6 posted on 06/05/2006 7:57:54 PM PDT by holyscroller (A wise man's heart directs him toward the right, but the foolish man's heart directs him to the left)
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To: holyscroller

Prayers for God to comfort the family.
Condolences from this quarter. What an enormous loss.

7 posted on 06/05/2006 8:02:51 PM PDT by Spirited
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To: holyscroller

An American Original: Wayne Hage

Throughout American history, men of great character have risen to the cause of liberty, sacrificing their personal safety to ensure liberty for generations to come. After fighting a twelve year battle for his land with the federal land management agencies and national environmental organizations, Wayne Hage filed one of the most important cases of our time. Few have had the courage of their convictions to place everything on the line for our precious constitutional principles. Wayne Hage is such a man. Liberty Matters recently met with Wayne for this personal interview.

LM: You have a long history fighting for property rights, what were some of the first issues you worked on?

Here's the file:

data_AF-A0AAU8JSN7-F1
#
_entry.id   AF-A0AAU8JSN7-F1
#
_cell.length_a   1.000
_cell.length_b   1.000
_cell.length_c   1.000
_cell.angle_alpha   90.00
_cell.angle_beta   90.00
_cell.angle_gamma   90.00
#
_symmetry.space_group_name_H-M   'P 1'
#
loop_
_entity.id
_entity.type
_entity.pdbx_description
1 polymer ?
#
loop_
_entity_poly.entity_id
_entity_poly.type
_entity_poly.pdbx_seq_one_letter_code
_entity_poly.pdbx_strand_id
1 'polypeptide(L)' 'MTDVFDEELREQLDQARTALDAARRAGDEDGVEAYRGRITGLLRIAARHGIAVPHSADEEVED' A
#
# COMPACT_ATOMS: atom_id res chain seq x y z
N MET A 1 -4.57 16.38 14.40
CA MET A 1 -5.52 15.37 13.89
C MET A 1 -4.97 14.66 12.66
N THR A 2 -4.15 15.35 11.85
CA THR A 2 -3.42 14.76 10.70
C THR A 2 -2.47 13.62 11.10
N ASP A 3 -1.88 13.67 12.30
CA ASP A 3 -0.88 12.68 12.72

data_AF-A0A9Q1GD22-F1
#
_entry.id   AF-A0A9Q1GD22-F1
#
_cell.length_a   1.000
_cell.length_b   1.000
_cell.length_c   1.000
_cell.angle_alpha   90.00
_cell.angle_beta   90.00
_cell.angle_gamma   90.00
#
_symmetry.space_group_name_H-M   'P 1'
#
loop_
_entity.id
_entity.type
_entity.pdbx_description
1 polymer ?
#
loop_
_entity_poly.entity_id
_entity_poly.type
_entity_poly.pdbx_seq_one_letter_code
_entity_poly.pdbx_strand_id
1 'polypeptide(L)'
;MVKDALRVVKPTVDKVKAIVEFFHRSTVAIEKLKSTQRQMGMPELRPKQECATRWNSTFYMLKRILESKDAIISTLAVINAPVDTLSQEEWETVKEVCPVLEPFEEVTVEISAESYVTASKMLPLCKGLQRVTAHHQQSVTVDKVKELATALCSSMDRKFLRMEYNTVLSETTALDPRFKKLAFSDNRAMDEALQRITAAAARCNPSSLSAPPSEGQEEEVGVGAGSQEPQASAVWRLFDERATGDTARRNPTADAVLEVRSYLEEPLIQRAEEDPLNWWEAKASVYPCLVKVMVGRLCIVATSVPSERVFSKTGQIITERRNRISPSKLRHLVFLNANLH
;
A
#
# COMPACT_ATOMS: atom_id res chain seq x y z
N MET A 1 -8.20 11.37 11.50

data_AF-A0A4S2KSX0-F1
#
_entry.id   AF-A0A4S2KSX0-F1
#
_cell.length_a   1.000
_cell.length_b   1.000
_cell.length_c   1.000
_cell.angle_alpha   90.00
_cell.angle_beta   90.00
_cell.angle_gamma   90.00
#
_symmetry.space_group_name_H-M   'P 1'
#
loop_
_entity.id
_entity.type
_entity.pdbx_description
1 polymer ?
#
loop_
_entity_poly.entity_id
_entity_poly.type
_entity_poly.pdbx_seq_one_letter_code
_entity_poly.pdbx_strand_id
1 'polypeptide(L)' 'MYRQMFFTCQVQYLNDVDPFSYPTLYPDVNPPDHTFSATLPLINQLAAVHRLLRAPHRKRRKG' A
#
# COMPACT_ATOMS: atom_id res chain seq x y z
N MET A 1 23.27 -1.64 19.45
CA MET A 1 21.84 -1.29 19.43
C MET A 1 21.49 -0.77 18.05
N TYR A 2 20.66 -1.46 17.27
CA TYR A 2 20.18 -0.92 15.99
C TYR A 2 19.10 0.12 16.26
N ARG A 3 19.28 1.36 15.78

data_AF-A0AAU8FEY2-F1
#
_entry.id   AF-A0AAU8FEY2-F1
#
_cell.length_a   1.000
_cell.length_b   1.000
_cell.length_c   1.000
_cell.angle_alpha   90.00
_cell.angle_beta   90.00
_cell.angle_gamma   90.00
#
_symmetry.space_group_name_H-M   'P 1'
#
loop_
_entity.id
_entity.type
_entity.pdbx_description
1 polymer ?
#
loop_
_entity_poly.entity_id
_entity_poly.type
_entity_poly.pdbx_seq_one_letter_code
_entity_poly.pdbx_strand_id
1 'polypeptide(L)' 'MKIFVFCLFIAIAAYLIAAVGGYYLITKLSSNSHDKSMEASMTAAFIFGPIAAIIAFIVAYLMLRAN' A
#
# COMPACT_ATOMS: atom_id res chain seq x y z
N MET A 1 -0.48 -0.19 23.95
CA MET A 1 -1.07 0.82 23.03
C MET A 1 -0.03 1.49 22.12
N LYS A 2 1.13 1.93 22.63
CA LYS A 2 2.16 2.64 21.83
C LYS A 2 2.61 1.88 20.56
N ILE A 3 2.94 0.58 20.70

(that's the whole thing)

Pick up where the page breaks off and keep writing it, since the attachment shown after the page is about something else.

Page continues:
WH: When I was ranching in the state of California in the 60’s and 70’s, I was quite heavily involved in the California State Chamber of Commerce. I chaired a committee in the state chamber dealing with land use and taxation. At that time we were just starting to see the environmental movement rise to the forefront. I had the opportunity of sitting across the table with people who later became active in the environmental movement.

One of the things that probably drove home where the environmental movement was coming from, was Assembly Bill 10. AB 10 attempted to socialize all of California agriculture. It was an effort to take away all private property rights, put everything under the control of bureaucracy, and do away with any type of mechanized agriculture putting people back to using horse and ox power. We realized that behind this legislation was a very serious movement that had international backing. Our own people in the California Chamber and some of the conservative groups in California said that there was no way we could stop this bill. We did defeat that bill, and the way we beat it was to run another bill through the Senate which accomplished everything that the assembly bill purported to accomplish, but we did it from a private property perspective.

Dealing with that group in California more than 20 years ago gave me a taste of what the nation was in for. The environmental movement has nothing to do with the so-called protection of the environment, that was the window dressing, that was the issue used to take private property without compensation.

LM: From the moment you purchased Pine Creek Ranch, the federal government harassment began. Why do you think you were the target of their campaign?